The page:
CWS On the Road: Togo

This July, Kate and I traveled around West Africa to scout some new regions for potential CWS expansion. We visited Liberia, Burkina Faso and Togo and are documenting our trip in a series of blog posts called “CWS on the Road.” The funding for CWS’ expansion trips came this spring from an anonymous donor – THANK YOU for supporting CWS and allowing us to explore the possibility of working in new regions!

After a whirlwind week in Burkina, Kate, Peter and I headed south into Ghana’s svelte neighbor, Togo. Though in terms of latitude Togo and Ghana are identical, in terms of attitude these neighbors are worlds apart. The first noticeable difference between Ghana and Togo is the official national language: Bienvenue au Togo, Ghanaians! Luckily, after a week in Burkina, Kate and I were confident in our ability to get food, shelter and water-related information out of any French speakers that crossed our path. Even our driver Abdullah, whose dislike of all things not Ghanaian was so extreme it was comical, got into the swing of things.  He quit CWS’ french class after ”bonjour” and ”merci”, but anything was an improvement from his initial, high – volume ”You Speak English?!*#?”.

CWS staff welcomes YOU to Togo!

For our first Togo trip, we decided to concentrate our efforts in its’ northern region, basing day expeditions out of Dapaong and Kara. We settled on this strategy for two reasons. First, we wanted to choose one region of the country and spend more time exploring it in-depth. Second, we thought that the geology, hydrology, social  and political conditions of Northern Region, Ghana, that makes CWS’ work particularly appropriate there might extend into parallel Togo.

Peter checks out a barrage in a small community outside of Dapaong. Though this village has a working pump, they use their dam to water their cattle and to wash their clothes.

Our strategy paid off. Over the course of four days we were able to explore many back roads and talk to Togolese people of many different walks of life. Everyone from the immigration officials to priests to farmers to (practically Togolese) Peace Corps Volunteers had a different take on the water problem, but (unlike our Burkina experience) most did view access to clean drinking water as a pressing regional concern. Though many communities do have groundwater pumps that supply them with clean drinking water, in many places the number of these pumps is inadequate to meet all drinking water needs, or the distance to the nearest pump is too far to make the daily walk worthwhile. In other smaller or more remote communities, hand-dug wells or streams are the only source of water at all.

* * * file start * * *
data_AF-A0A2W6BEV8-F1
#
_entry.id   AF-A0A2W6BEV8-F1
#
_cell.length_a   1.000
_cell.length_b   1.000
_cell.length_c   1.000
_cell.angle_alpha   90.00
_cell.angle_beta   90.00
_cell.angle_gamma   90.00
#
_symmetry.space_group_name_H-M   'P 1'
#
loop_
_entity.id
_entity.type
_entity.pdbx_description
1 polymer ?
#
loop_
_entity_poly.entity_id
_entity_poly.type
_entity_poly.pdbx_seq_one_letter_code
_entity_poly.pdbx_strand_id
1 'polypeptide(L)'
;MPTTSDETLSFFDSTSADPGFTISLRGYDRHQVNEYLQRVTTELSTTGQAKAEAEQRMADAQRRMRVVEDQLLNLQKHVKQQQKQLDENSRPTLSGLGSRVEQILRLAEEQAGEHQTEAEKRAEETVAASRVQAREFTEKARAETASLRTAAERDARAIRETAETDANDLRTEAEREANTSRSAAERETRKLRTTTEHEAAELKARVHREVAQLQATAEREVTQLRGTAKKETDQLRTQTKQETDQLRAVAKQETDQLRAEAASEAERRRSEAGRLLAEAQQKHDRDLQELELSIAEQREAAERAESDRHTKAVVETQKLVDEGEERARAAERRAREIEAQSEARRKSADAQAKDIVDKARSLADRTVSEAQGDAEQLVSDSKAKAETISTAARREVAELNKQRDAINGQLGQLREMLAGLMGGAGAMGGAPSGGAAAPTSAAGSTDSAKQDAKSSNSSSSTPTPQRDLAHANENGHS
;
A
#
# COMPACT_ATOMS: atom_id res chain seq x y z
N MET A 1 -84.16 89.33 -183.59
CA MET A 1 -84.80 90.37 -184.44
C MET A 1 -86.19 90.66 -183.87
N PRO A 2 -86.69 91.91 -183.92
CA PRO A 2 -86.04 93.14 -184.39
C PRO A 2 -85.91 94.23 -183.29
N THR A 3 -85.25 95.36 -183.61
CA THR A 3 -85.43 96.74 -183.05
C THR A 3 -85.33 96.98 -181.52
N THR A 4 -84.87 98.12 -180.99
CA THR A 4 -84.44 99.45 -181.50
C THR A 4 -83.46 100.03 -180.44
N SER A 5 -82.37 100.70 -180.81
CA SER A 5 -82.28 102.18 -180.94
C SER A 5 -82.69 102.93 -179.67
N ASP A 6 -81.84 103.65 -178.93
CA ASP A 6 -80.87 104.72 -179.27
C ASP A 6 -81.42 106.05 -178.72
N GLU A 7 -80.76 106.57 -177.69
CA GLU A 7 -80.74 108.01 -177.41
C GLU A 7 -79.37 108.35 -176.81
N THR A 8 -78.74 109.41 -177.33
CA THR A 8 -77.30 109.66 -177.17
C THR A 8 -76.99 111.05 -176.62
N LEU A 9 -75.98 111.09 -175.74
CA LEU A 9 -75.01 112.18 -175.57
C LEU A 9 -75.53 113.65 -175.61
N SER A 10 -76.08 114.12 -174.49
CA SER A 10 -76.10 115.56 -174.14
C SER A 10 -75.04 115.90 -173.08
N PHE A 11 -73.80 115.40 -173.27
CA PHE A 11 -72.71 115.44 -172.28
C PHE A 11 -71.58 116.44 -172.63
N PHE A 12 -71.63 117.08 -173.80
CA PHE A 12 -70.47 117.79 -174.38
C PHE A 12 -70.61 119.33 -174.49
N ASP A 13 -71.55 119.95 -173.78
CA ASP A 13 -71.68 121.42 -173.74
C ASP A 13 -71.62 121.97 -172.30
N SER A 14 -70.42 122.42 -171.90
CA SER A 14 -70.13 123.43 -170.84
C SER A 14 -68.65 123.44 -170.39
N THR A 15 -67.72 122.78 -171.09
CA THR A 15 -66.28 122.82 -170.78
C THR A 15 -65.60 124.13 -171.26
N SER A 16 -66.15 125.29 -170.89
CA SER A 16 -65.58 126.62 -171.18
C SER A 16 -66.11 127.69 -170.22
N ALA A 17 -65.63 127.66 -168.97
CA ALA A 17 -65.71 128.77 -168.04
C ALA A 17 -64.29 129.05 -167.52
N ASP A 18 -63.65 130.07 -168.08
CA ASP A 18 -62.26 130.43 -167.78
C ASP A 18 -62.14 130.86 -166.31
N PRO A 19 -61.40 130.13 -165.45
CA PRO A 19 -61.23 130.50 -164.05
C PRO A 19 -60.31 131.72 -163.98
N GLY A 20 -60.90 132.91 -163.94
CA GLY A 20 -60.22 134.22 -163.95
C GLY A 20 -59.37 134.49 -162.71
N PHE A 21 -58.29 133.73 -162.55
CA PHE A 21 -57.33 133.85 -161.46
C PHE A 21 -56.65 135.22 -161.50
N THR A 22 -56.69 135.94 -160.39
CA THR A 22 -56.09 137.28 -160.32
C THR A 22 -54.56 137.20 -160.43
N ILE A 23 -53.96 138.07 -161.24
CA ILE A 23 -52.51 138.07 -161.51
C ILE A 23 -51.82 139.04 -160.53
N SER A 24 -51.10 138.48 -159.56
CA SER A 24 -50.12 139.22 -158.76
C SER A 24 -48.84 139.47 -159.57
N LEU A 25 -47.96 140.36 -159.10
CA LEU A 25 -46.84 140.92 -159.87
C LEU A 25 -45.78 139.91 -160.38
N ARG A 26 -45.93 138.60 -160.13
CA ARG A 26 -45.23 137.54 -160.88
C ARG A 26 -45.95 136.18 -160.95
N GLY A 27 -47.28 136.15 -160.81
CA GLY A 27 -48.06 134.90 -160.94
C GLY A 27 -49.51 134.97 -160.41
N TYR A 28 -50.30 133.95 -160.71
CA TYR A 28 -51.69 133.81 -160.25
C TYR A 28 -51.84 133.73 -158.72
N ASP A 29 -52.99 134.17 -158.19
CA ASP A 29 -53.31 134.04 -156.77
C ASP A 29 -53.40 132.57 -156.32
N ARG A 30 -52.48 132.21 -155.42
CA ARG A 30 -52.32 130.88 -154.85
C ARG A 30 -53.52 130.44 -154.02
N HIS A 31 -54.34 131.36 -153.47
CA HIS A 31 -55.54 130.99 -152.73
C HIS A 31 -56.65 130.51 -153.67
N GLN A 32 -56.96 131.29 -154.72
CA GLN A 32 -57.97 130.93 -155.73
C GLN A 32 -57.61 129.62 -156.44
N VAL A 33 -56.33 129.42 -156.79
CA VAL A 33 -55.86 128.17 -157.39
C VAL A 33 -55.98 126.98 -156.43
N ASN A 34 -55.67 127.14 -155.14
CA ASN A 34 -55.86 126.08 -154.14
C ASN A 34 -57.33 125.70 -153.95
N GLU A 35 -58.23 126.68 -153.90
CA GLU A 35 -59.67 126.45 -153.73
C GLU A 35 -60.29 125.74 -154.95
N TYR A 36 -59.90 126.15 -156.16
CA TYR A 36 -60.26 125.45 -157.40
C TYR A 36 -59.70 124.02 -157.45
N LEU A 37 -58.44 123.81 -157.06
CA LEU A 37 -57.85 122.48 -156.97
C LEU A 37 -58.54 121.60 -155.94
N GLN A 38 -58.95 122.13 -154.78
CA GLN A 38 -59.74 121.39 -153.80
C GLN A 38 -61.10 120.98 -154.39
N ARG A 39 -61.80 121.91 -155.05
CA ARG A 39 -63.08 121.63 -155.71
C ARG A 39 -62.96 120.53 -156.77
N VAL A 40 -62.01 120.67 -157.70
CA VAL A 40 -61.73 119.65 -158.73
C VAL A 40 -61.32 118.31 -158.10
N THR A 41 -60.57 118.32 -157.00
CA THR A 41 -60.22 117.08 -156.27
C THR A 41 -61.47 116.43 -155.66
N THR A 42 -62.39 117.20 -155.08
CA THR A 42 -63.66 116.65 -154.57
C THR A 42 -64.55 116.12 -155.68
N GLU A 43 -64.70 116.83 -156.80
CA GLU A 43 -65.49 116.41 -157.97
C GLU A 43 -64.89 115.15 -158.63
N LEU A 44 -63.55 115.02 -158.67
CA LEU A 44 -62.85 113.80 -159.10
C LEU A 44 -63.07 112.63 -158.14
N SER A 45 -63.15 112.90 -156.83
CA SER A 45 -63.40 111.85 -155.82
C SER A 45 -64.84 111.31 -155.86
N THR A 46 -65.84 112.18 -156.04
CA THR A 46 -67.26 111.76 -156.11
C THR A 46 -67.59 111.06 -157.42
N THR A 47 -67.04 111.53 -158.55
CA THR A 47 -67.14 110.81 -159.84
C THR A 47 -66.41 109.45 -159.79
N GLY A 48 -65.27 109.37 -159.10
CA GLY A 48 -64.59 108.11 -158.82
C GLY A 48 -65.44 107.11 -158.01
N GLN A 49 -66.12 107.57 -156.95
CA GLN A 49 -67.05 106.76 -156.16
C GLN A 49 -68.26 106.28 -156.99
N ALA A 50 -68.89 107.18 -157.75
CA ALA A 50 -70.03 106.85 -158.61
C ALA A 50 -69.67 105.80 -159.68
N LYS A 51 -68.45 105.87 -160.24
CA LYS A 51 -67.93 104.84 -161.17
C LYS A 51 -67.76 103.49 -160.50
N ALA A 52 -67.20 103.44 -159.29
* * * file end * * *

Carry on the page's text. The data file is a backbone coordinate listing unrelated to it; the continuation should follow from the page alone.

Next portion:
In this community people rely on water from open wells to meet their drinking water needs. The community had a pump that broke and there are no immediate plans for repair.
Women collect gravel from a stream to sell for construction purposes. Water from this marigold will also be used for drinking.
Another long-standing well where people come for water.

In considering the northern region of Togo for potential expansion, we are evaluating several things. Obviously the first is need. From what we found this trip, the need in this area of Togo, though not as large as in Northern Region Ghana, is there. The second major thing we are evaluating is appropriateness of the CWS solution. Will we be able to w0rk the exact same way we work in Zanzugu or Yapelsi in a Togolese setting? No. Way. Community structures are different, water quality is different, language and staffing considerations are different; many important determinants of what we do and how well we do it in Northern Region  would need to be evaluated here in Togo before we could begin to consider setting up shop in Kara. And while we are a technologically-agnostic, small and flexible organization, we don’t want to re-invent the wheel or come up with a solution beyond our capacity. Basically, we will need to see a lot more, both in Togo and in other places, before we can decide where our time and energy will be spent most effectively.

However, these four days were a great introduction to a wonderful country! I look forward to using what I learned this trip in the next few weeks and months, and hopefully getting back for round deux to learn more!

– Kathryn

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